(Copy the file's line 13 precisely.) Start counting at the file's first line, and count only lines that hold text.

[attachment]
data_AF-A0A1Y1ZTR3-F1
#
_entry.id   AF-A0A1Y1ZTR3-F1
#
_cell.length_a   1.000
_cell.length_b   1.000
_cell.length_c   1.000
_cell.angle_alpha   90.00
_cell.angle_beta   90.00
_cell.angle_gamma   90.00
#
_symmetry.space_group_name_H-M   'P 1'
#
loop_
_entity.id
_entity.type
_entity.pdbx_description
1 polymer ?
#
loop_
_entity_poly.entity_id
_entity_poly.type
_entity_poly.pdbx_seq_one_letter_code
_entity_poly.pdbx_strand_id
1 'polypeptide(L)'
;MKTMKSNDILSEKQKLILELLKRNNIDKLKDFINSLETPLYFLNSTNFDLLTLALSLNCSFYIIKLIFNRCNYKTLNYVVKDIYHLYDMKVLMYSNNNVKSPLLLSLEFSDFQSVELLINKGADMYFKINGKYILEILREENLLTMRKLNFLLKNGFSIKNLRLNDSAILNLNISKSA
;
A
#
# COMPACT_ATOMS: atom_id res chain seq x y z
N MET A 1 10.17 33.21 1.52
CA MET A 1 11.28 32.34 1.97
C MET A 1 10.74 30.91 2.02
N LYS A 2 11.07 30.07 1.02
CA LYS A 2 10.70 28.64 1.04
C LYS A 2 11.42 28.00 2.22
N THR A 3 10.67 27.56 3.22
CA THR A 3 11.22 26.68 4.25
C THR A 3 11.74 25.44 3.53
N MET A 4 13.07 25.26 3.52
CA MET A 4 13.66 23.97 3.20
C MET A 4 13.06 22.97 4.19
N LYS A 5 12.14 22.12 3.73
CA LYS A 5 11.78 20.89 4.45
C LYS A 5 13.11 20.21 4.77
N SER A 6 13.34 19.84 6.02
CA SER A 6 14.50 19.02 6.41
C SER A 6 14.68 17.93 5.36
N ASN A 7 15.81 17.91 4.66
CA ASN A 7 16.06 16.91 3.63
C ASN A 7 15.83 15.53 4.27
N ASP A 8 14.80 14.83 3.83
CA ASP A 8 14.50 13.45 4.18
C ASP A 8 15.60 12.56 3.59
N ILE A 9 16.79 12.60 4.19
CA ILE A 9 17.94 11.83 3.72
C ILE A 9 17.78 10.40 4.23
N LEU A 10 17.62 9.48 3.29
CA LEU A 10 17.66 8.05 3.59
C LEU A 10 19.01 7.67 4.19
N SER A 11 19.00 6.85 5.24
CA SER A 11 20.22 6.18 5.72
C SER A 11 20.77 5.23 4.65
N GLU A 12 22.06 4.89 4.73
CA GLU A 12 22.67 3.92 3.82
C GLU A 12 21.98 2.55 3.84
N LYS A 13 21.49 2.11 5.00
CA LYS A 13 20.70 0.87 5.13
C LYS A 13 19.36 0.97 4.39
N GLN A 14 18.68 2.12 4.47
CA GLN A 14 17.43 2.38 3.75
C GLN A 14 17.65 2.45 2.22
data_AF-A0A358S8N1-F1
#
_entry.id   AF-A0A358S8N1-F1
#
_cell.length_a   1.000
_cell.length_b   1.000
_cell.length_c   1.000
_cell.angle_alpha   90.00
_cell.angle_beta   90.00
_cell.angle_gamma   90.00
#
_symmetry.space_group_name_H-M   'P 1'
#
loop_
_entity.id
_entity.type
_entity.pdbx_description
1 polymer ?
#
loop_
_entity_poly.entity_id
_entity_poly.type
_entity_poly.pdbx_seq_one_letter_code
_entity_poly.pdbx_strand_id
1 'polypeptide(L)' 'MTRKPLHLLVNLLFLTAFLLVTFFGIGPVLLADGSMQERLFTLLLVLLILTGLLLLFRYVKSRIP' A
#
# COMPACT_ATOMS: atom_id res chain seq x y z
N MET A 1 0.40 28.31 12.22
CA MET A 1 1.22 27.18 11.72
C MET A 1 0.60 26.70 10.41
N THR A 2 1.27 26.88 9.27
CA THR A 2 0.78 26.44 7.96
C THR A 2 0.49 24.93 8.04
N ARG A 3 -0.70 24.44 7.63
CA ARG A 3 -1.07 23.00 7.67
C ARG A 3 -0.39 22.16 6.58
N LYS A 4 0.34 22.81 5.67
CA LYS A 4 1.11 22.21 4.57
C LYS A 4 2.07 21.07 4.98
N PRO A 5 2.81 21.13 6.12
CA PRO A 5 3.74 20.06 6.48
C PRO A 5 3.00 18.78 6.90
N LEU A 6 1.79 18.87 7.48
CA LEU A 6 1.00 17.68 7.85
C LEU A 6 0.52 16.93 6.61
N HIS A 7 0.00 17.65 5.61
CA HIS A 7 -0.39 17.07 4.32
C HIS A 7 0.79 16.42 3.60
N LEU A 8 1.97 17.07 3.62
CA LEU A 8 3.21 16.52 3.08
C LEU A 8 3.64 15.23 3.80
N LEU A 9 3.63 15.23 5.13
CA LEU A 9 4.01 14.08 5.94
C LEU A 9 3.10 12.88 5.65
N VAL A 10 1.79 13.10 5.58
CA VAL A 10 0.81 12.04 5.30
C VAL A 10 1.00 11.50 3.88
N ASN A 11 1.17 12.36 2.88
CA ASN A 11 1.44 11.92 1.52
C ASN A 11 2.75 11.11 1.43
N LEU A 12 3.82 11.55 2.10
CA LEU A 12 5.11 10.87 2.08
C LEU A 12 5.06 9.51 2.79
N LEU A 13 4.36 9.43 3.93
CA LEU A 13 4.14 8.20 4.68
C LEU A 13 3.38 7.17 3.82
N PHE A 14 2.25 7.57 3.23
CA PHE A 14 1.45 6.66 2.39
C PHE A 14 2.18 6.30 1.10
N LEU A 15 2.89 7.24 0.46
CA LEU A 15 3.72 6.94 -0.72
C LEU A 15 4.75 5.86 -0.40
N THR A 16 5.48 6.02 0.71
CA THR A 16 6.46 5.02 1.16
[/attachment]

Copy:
#